Spiritual leaders long to be free from everything that hinders their fullest delight in God and service of others.
One thing is for sure: if you begin to lead others you will be criticized. No one will be a significant spiritual leader if his aim is to please others and seek their approval.
Paul said in Galatians 1:10, “For do I now persuade men, or God? or do I seek to please men? for if I yet pleased men, I should not be the servant of Christ.”
Spiritual leaders do not seek the praises of men, they seek to please God.
If criticism disables us, we will never make it as spiritual leaders. I don’t mean that we must be the kind of people who don’t feel hurt, but rather that we must not be wiped out by the hurt.
We must be able to say with Paul in 2 Corinthians 4:8, “We are troubled on every side, yet not distressed; we are perplexed, but not in despair;”
We will feel the criticism but we will not be incapacitated by it.
As Paul says in 2 Corinthians 4:16, “ For which cause we faint not; but though our outward man perish, yet the inward man is renewed day by day.”
Leaders must be able to digest depression because they will eat plenty of it. There will be many days when the temptation is very strong to quit because of unappreciative people. Criticism is one of Satan’s favourite weapons to try to get effective Christian leaders to throw in the towel.
I should, however, qualify this characteristic of being thick-skinned. I do not want to give the impression that spiritual leaders are closed off to legitimate criticism. A good leader must not only be thick-skinned but also open and humbly ready to accept and apply just criticism. No leader is perfect and the late Archbishop Frank Simon said once that he made it a spiritual discipline to look for the truth in every criticism that came his way before he discarded it. That’s good advice.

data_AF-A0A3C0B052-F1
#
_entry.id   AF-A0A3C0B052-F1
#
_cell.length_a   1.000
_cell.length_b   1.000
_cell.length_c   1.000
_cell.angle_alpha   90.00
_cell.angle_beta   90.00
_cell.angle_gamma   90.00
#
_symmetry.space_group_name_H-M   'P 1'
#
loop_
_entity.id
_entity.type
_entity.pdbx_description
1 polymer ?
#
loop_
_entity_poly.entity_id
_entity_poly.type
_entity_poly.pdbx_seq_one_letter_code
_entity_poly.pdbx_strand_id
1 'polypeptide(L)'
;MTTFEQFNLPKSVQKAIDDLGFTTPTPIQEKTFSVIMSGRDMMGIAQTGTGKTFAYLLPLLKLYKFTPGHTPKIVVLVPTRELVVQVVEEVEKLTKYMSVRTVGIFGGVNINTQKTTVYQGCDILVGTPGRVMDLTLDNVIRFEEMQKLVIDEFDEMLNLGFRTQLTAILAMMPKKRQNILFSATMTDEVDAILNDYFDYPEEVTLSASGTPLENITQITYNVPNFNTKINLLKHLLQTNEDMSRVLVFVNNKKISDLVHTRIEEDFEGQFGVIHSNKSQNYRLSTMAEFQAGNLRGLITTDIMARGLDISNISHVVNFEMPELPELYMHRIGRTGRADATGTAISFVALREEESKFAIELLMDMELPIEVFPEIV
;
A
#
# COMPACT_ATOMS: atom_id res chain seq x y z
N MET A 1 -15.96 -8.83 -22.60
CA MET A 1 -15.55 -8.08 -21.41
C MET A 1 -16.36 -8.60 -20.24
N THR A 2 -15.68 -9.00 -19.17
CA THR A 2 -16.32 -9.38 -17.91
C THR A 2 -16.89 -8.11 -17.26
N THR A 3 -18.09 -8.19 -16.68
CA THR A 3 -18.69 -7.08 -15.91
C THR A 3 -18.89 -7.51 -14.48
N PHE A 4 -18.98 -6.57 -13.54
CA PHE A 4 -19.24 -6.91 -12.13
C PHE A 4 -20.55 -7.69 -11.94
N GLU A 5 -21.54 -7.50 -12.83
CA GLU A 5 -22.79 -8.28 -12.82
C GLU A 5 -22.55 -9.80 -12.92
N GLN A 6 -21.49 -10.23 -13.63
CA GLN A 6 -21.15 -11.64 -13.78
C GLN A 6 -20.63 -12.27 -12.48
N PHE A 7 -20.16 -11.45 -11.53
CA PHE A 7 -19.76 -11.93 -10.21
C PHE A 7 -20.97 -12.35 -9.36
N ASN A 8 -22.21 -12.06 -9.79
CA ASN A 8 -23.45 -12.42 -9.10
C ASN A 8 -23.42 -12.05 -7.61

Lazy people cannot be leaders.
Spiritual leaders “redeem the time” (Ephesians 5:16). They work while it is day because they know that night comes when no man can work (John 9:4). They “do not grow weary in well-doing” for they know that in due season they shall reap if they do not lose heart (Galatians 6:9).
They are “Therefore, my beloved brethren, be ye stedfast, unmoveable, always abounding in the work of the Lord, forasmuch as ye know that your labour is not in vain in the Lord.” (1 Corinthians 15:58).
But they do not take credit for this great energy or boast in their efforts because they say with the apostle Paul,
“But by the grace of God I am what I am: and his grace which was bestowed upon me was not in vain; but I laboured more abundantly than they all: yet not I, but the grace of God which was with me.” (1 Corinthians 15:10).